"It's the quintessential beautiful architectural form," Tara Imani says. "The Corinthian columns, the use of entasis [a slight curve in columns] to make sure the columns didn't look spindly from a distance...the siting on a hilltop — it gave us our initial ABCs of architecture that we keep trying to use and improve upon today."
"In 1974, my father, a scientist took our family to see the new city of Brasília. It captured the imagination of the world," Julia Donoho says. "Planned in the shape of an airplane, Corbusian [the modern architectural style of Le Corbusier] housing blocks lined the wings like feathers, the body was filled with embassies, government buildings, cultural institutions, and a house of God."
"It is daring," Damaris Hollingsworth says. "Designed in 1968, it is made of concrete and glass. The main body is hung from the two beams and it barely touches the columns on the side. I also love the fact that it was designed by a woman."
"It has amazing scale and longevity of the design, complex structure, yet simple forms," Rosa Sheng says. "My grandfather...explained that architecture is meant to last beyond one's lifetime. It is a living time capsule of the culture for an entire civilization."
"When I worked for Santiago Calatrava, I was part of the team that procured the Florida Polytechnic University campus project," says Marica McKeel. " Not only to do I love the design of the Innovation, Science and Technology building, but I feel a real connection to this project and to the Lakeland community as my father grew up in Lakeland and I still frequently visit family there."
"For an institution that took in and protected unmarried mothers on an equal basis, the building is equal parts playful and dignified," Randy Deutsch says. It is "a colorful contemporary project in steel, glass and concrete that is nonetheless respectful of its more traditional neighbors."
Deutsch is the principal at Deutsch Insights and an associate professor of architecture at the University of Illinois at Urbana-Champaign.
"I wanted to become an architect since I was six years old in part because of this building," says William J. Martin. "My parents would put us in the car and drive down River Road and Boulevard East [New Jersey] with expansive views of Manhattan from the back seat of our car. The antenna enhanced the value of the building ... by allowing for better reception for millions of people."
"[Architect] Tadao Ando is able to create beautiful spaces that embody monolithic presence, spacious, simple forms with an intriguing play of light which appears to dance throughout the day," says Frank Cunha III. "The pushing and tugging of heavy forms and open space create a very unique, magical experience."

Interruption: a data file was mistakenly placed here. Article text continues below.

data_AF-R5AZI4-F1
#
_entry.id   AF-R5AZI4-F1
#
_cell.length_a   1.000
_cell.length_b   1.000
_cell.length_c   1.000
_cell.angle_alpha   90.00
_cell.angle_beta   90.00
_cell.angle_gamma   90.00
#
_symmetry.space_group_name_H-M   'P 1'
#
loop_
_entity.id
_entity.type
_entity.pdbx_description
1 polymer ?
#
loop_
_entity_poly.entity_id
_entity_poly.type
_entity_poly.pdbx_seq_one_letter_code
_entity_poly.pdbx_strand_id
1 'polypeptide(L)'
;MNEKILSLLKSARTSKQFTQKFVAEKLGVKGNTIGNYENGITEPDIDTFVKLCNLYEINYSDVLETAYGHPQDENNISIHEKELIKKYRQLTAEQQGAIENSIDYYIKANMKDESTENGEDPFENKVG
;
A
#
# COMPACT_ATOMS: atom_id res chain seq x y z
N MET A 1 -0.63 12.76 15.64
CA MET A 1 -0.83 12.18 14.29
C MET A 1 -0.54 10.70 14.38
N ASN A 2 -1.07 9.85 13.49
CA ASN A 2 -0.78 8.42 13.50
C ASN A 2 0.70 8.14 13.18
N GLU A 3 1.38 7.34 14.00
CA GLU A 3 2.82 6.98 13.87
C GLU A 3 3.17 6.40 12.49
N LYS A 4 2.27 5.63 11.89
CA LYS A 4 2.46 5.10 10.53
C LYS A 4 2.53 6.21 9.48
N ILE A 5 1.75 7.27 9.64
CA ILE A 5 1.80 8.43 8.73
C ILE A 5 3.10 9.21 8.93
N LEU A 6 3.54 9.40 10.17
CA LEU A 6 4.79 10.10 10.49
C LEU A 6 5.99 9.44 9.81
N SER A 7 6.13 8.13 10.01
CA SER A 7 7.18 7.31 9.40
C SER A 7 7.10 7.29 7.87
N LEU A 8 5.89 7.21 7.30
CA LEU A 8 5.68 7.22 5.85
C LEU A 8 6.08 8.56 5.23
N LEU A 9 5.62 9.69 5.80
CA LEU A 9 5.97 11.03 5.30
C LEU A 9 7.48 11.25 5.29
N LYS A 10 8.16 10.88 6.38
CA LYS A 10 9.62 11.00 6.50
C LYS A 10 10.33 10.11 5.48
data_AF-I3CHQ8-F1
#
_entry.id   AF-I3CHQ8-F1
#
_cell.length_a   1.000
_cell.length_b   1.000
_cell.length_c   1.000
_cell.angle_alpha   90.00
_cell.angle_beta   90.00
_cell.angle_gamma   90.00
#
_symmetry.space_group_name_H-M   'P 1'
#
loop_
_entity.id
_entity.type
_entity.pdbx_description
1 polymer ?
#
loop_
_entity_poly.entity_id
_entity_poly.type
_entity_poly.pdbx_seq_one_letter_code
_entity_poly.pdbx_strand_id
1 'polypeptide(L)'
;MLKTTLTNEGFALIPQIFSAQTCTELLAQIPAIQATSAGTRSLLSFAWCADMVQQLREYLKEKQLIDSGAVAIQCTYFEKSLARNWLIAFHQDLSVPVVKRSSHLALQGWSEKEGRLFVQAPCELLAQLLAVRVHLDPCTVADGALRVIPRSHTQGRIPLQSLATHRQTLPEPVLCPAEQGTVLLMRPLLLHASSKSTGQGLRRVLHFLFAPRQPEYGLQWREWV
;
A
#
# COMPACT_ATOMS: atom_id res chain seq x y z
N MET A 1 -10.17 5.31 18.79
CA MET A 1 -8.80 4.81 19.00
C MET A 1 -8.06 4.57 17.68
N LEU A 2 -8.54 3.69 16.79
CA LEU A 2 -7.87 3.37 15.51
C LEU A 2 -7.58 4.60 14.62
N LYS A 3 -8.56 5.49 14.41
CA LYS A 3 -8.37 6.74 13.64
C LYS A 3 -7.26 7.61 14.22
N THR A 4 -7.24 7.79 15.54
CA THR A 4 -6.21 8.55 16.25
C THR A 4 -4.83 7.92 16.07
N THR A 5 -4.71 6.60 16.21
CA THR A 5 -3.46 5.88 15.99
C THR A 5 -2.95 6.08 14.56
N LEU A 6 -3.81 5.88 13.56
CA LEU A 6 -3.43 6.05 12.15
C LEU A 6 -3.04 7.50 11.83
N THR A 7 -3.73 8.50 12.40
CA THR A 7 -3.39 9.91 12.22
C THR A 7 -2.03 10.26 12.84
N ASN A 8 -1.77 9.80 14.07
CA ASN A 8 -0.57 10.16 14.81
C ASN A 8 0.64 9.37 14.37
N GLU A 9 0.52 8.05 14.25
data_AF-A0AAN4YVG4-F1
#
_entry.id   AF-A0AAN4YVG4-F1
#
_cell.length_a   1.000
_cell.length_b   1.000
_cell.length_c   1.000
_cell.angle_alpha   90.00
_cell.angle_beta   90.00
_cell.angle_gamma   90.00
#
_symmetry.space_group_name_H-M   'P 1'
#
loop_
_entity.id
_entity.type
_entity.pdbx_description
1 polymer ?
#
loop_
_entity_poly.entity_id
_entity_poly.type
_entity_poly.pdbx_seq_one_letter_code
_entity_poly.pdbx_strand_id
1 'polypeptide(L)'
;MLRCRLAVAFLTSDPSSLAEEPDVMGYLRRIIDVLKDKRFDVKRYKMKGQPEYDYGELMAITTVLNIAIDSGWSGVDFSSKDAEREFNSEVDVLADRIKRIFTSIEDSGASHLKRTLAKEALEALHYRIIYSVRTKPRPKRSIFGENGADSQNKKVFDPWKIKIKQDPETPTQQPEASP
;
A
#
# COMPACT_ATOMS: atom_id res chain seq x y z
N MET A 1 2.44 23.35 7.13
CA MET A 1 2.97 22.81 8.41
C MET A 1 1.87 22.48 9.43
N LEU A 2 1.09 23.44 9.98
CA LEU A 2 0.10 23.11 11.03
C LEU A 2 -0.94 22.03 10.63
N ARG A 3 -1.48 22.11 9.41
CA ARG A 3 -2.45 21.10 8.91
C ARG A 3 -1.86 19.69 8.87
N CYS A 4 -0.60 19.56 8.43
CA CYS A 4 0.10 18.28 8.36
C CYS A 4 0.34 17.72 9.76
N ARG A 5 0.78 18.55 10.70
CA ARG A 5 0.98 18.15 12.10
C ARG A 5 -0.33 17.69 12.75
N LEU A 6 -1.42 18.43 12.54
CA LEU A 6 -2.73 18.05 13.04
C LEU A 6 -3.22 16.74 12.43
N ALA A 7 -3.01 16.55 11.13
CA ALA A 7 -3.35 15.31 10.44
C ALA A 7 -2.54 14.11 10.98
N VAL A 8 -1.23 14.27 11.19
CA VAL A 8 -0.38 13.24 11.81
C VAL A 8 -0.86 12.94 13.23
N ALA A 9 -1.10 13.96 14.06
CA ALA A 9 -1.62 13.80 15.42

The center is "a mixture of great architecture and sustainable design," Ben Adam-Smith says. "It also sits on a campus of buildings that in their era have tried to push boundaries."
"Completed in 1974, it redefined how museums and art galleries used natural daylighting and is truly a modernist masterpiece," Bob Borson says.
"The rigid planes of the cantilevered balconies are pure modernist forms inserted into the heart of the forest," says Bruce Turner. "Most importantly however, the thing that solidified this building as my favorite of all time doesn't show up in any photos: the arrival sequence to the house. You arrive on a small country road, turn into the property, wind you way through the woods, and the house finally appears in the distance."
"It is highly publicized and perhaps getting too much play like a song on the radio, but when seen in person, I was truly inspired," Lee Calisti says.
"The building stands boldly, innovatively, looking to the future, while also respective its place and the past," says Jonathan R. Brown.
"Completed in 1850, it is a magical jewel box of a building," Jared Banks says. "The gray stone classical exterior hides a cavernous light-filled reading room composed of two wrought iron barrel vaults."
"Known to many as 'The Big Lebowski' house, it’s one of those places that sits you down and makes you say 'whoa' because of it’s daring imagination," Evan Troxel says.
The TWA Flight Center was "designed before the age of computers and decades ahead of its time. The building uses concrete and glass to capture all of the excitement, wonder and romance of jet travel," Joseph E David says. "At every view and every angle, there is something new to admire. 50 years after it opened, it somehow manages to feel like it’s still from the future."